When we speak of the martyrs from centuries past who died willingly for Christ we have very little, excepting the written accounts, as evidence of their martyrdom. Maybe a monument in a European courtyard or town square designates the place of execution, but it is still hard for us to visualize with our 21st century eyes the true scene of 15th century violence. Which brings us to the unusual evidence of one such martyr named Geronimo. This is not the Geronimo of the 19th century American west; this Geronimo met his fate in the city of Algiers on the Mediterranean coast of Africa.
Beginning in the early 1500’s Algerians, with the assistance of the Turks, freed themselves from the oppression of Spain. Algiers became a city of Arabs, Berbers, Africans, Turks, and Moors, and their main method of obtaining wealth was through piracy. By the early 1800’s the pirates of the Barbary Coast were notorious for being unmerciful in their thievery and for enslaving their captives, especially Christians, and working many of them to an early death. It was commonly known that once you were made a slave in Algiers, you would never see freedom again.
The Geronimo in our story was a Moor, someone of Arab and Berber descent, and was undoubtedly raised a Muslim. What his Moorish name may have been is unknown but he probably took the name Geronimo, which is Spanish for Jerome, around the time of his conversion. The circumstances of his coming to Christ are not known though it’s possible he had oversight of Christian slaves who bore the witness of Jesus to him. Although placed between 1560 and 1620, even the year of his martyrdom is debated; there is much that is simply not known. What is known, mostly through oral history, is that the Pasha, or ruler of Algiers, had him arrested and gave him twenty-four hours to recant his Christian beliefs or be killed. Geronimo refused. The Pasha had him bound and buried alive in a huge mud block that was being made for the building of the fort Bab-el-Oued. It became one of the many blocks that made up the wall of the fort which soon came to be known as “the Fort of the Twenty-four Hours”.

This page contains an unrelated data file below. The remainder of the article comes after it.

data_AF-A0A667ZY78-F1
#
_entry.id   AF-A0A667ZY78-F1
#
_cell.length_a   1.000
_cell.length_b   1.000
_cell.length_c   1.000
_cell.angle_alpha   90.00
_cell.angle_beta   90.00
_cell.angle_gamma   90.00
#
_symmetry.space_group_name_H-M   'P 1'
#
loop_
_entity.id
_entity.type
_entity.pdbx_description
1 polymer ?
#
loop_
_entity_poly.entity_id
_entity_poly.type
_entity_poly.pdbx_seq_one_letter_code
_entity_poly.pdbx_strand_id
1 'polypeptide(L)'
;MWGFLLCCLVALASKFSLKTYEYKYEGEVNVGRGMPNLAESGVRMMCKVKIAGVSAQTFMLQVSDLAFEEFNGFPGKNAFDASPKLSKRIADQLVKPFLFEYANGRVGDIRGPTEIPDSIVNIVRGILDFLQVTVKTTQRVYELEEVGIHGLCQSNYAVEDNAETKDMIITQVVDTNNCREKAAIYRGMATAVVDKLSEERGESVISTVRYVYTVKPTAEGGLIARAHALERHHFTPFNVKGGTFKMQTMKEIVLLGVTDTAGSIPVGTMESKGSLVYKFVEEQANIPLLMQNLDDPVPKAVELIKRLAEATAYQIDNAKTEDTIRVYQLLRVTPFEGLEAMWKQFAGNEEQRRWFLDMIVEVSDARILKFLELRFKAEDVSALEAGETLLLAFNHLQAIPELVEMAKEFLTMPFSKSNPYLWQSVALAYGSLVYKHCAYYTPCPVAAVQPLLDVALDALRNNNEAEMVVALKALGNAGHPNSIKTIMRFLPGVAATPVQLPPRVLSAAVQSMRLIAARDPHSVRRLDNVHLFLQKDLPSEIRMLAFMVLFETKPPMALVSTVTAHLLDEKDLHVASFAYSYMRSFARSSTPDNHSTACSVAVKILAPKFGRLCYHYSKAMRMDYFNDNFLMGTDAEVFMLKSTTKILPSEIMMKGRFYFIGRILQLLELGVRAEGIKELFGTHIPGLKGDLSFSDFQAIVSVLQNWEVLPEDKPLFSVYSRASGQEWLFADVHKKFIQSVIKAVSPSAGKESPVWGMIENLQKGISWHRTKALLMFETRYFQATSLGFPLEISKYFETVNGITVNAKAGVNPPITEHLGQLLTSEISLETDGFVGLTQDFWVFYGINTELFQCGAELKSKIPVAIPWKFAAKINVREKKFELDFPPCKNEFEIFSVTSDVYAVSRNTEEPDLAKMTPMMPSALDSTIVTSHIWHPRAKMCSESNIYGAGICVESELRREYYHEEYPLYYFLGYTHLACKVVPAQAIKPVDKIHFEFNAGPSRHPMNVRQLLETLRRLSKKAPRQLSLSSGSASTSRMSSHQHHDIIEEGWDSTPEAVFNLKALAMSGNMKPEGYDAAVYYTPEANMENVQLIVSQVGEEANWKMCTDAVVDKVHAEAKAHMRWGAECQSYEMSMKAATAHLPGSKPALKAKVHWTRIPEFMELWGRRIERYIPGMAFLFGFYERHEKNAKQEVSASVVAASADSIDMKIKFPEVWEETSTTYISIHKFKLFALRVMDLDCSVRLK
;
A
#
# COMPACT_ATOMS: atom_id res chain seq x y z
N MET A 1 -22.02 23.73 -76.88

It was during the French renovation of the city of Algiers in the 1850’s that the history of the fort was recounted and the block that had entombed Geronimo rediscovered. There was nothing much left of the Christian martyr after 250 years, but before breaking apart the block, they filled the space with plaster of Paris, for the hardened mud had made a perfect mold of him. According to accounts, he was lying on his face with his hands tied behind him. His youthful features could be easily seen, as were the cords with which he was bound. Even the texture of his clothing was easily discernible. Some sources regard this whole story as a fable, but popular author R. M. Ballantyne spent one winter in the early 1870’s in Algiers and claimed to have seen the plaster Geronimo on display in the museum at the Algiers library. Whether this plaster image still exists today I do not know.
To many of us, Christian martyrs of the past are just names, but in Algiers there was one who added a three-dimensional face to a name and was a living, breathing person who loved the Lord Jesus, even unto death. This is what a martyr looks like.